MA in ELT Programme
Graduate of the 2019 class of the Programme : Lingvistica aplicata – didactica limbii engleze, „Alexandru Ioan Cuza” University of Iasi


This article aims to provide the first step towards a more in-depth study of reflection on teaching, which is a big issue in professional development. I chose to talk about such a topic because I felt the need for identifying the drawbacks of the lessons while teaching and finding ways to overcome them. Therefore, the article contains personal examples from the practicum and some reflections upon my teaching techniques and lesson plans composition. The ability to reflect upon one’s own teaching competences enables one to become a better practitioner. Another goal of the article is to prove that the feedback from the mentor as shaped in lesson plans and classroom practice feedback is a powerful resource in one’s process of reflection and analysis of skills. I will go through some general characteristics of reflection and its role in the process of teaching, Then, I will highlight some aspects of a lesson plan, followed by some of the mentor’s comments regarding them. Finally, I will point out some teaching issues and my reactions towards them and I will conclude with some possible topics for developing this subject.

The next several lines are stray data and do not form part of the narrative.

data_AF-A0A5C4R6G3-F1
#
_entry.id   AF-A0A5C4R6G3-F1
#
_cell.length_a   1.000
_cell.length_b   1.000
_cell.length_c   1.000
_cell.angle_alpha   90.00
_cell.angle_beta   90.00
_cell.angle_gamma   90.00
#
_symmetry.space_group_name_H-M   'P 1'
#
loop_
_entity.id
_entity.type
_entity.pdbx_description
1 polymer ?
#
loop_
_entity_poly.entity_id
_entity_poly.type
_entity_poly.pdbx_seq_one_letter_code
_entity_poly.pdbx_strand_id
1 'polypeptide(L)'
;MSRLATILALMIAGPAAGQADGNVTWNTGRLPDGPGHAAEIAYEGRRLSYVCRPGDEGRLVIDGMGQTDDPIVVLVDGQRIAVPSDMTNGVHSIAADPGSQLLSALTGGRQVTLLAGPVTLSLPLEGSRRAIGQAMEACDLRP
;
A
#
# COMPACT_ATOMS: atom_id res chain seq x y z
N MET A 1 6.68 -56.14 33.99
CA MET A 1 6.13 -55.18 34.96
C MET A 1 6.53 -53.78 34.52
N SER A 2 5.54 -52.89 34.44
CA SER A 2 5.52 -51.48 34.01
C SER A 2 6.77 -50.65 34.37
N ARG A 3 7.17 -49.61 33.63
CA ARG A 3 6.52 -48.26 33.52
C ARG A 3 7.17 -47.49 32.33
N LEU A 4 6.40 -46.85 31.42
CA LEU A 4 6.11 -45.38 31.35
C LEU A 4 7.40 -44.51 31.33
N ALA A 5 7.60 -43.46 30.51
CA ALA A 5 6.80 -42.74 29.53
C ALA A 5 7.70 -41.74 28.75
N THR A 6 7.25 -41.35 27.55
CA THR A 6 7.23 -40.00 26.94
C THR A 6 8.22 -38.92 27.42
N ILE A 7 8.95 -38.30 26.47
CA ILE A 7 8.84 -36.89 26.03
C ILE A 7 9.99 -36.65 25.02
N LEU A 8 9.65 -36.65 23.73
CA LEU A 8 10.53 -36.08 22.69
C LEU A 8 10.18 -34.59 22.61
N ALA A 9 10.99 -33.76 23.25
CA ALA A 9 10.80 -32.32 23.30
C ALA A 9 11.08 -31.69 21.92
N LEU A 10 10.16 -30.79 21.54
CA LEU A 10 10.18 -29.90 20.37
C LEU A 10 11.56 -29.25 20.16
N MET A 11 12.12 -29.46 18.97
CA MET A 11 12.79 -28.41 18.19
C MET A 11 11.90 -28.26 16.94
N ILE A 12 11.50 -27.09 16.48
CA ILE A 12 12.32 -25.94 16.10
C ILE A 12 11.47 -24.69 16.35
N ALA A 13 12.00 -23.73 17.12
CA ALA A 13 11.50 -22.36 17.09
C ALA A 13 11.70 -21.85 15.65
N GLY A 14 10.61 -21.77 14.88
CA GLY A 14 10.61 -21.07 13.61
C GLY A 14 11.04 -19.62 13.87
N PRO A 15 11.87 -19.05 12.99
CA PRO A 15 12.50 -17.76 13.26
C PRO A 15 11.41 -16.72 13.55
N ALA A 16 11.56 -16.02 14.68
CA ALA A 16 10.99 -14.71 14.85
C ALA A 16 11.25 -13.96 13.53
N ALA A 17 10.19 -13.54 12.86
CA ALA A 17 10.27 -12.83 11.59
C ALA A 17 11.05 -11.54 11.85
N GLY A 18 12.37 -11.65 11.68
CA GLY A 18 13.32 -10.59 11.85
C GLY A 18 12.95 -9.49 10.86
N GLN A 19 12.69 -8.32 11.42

A salient component which helps one to develop his/her teaching skills is the ability to reflect. In John Dewey’s words “one may have to learn to think well, but not to think” (1909, p. 29). In other words, one has to learn to reflect on his past experiences. Reflection makes reference to one’s capacity for looking back at the experiences and seeking ways of improving them. One can identify the issues, but not the solutions to them. Because of this, it is of primary concern to have a close eye to our professional development. And one can develop it by paying particular attention to self-analysis of skills. To reflect on something means to be able to see the strengths and weaknesses of the thing in discussion and to use specific strategies to overcome the difficulties encountered. Moreover, by thinking carefully at the past teaching experiences, one can reshape the content delivered and can provide a better form. Furthermore, one has to take into consideration all the details which had led to the outcome, either good or less useful in order to reach the stage of reflection. Details like reactions from the people involved in the task, or personal emotions can be interesting to investigate and improve the practices.


McGregor et al. note that reflection “often begins when you pause to ‘think back’…you re-play the happenings, incident or event in your head, and, in thinking more about it, it begins to change from a sequence of chronological events into a series of questioning thoughts such as ‘What happened?’ ‘When?’ ‘How?’ (2011, pp. 1-2). However, the questions are more purposeful when they are developed in the way of: “Why did it happen that way?” “How could I have done differently?” Such questions lead automatically to seeking ways of performing better next time.